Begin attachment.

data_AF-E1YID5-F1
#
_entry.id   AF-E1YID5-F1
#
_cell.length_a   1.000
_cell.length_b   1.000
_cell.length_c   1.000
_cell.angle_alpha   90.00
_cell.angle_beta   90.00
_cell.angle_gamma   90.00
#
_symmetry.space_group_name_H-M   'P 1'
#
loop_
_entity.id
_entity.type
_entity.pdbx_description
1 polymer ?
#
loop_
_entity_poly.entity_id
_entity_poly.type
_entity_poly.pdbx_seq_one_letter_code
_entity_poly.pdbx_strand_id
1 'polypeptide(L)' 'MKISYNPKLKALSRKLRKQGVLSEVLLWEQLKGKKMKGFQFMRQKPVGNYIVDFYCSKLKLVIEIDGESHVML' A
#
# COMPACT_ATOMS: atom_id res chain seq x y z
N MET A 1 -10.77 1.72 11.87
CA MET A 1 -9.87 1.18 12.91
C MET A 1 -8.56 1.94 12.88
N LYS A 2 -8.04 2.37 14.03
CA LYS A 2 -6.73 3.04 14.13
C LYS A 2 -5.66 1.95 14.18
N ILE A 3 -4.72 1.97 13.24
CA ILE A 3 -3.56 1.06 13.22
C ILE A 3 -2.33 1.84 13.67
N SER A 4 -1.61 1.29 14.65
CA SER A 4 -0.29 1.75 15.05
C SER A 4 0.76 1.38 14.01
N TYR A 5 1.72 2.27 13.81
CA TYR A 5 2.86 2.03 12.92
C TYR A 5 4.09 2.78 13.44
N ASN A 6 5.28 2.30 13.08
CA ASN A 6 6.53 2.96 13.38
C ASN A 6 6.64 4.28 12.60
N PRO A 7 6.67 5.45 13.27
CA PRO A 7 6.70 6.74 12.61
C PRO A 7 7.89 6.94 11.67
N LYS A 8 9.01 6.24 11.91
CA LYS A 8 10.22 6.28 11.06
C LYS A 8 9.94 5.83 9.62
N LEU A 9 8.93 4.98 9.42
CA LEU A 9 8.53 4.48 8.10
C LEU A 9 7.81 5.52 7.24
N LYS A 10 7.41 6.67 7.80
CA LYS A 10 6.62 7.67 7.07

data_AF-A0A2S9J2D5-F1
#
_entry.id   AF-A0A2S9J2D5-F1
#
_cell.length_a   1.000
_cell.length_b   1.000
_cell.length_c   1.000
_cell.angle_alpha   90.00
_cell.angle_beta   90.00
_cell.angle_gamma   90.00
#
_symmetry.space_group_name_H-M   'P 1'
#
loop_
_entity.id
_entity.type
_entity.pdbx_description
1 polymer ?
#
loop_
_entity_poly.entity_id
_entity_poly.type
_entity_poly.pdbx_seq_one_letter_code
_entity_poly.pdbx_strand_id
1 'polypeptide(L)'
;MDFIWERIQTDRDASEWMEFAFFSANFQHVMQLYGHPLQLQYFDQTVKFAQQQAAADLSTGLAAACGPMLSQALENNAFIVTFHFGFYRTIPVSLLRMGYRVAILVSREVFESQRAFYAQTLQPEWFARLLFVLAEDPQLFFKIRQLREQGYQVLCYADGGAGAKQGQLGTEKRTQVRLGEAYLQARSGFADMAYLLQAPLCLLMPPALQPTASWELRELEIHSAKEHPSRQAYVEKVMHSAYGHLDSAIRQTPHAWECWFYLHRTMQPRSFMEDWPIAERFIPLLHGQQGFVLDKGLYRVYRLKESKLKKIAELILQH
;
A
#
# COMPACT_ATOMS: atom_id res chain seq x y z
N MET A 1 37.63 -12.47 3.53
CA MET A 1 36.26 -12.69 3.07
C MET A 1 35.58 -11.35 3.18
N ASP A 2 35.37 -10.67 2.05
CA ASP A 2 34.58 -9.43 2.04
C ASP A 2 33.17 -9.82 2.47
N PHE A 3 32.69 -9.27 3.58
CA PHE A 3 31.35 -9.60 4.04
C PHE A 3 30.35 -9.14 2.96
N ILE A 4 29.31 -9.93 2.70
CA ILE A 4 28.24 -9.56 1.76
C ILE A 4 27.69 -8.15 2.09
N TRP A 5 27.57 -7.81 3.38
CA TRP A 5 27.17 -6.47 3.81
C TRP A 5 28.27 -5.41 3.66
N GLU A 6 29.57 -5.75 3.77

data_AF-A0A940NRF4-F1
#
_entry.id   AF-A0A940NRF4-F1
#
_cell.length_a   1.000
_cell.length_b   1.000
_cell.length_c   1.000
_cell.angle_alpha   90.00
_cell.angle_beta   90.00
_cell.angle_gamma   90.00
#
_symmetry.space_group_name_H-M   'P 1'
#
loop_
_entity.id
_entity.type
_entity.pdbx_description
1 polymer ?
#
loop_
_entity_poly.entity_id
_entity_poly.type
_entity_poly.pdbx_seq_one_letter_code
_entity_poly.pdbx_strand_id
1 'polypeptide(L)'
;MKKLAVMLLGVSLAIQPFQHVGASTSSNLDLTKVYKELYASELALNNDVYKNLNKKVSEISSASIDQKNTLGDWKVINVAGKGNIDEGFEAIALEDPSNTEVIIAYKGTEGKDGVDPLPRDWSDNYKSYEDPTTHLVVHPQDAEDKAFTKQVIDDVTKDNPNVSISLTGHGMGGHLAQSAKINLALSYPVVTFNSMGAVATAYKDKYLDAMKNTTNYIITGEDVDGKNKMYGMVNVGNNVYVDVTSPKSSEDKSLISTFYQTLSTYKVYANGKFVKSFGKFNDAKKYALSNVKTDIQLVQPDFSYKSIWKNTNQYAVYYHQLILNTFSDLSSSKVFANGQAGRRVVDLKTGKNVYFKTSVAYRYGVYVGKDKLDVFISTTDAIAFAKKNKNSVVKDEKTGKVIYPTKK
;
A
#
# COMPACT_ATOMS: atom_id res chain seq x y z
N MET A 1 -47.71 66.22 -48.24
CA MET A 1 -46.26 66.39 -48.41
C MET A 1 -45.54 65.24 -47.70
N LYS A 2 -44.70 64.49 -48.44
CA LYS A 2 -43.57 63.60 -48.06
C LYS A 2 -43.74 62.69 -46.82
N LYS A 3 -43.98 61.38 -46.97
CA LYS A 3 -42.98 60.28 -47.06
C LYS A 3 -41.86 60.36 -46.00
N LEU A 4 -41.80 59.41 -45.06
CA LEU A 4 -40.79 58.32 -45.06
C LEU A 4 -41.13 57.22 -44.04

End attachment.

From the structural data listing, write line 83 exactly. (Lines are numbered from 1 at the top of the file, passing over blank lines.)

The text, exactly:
;